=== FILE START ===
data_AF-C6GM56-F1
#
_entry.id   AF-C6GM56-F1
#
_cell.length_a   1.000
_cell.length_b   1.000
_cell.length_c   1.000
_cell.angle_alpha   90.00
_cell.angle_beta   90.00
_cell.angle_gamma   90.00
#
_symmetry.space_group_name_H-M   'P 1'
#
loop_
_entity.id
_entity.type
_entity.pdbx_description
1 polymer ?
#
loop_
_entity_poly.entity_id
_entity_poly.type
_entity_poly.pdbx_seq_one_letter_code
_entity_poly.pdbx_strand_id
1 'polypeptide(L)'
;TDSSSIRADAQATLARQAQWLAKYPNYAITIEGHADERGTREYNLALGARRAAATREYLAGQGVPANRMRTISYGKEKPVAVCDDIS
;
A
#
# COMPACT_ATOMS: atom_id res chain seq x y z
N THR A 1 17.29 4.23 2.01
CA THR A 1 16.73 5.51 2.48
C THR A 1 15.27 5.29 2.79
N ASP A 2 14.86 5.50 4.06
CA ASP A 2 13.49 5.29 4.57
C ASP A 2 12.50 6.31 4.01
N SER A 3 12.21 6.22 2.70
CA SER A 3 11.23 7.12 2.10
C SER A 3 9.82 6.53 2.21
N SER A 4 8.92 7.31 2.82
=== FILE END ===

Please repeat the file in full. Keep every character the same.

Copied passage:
data_AF-C6GM56-F1
#
_entry.id   AF-C6GM56-F1
#
_cell.length_a   1.000
_cell.length_b   1.000
_cell.length_c   1.000
_cell.angle_alpha   90.00
_cell.angle_beta   90.00
_cell.angle_gamma   90.00
#
_symmetry.space_group_name_H-M   'P 1'
#
loop_
_entity.id
_entity.type
_entity.pdbx_description
1 polymer ?
#
loop_
_entity_poly.entity_id
_entity_poly.type
_entity_poly.pdbx_seq_one_letter_code
_entity_poly.pdbx_strand_id
1 'polypeptide(L)'
;TDSSSIRADAQATLARQAQWLAKYPNYAITIEGHADERGTREYNLALGARRAAATREYLAGQGVPANRMRTISYGKEKPVAVCDDIS
;
A
#
# COMPACT_ATOMS: atom_id res chain seq x y z
N THR A 1 17.29 4.23 2.01
CA THR A 1 16.73 5.51 2.48
C THR A 1 15.27 5.29 2.79
N ASP A 2 14.86 5.50 4.06
CA ASP A 2 13.49 5.29 4.57
C ASP A 2 12.50 6.31 4.01
N SER A 3 12.21 6.22 2.70
CA SER A 3 11.23 7.12 2.10
C SER A 3 9.82 6.53 2.21
N SER A 4 8.92 7.31 2.82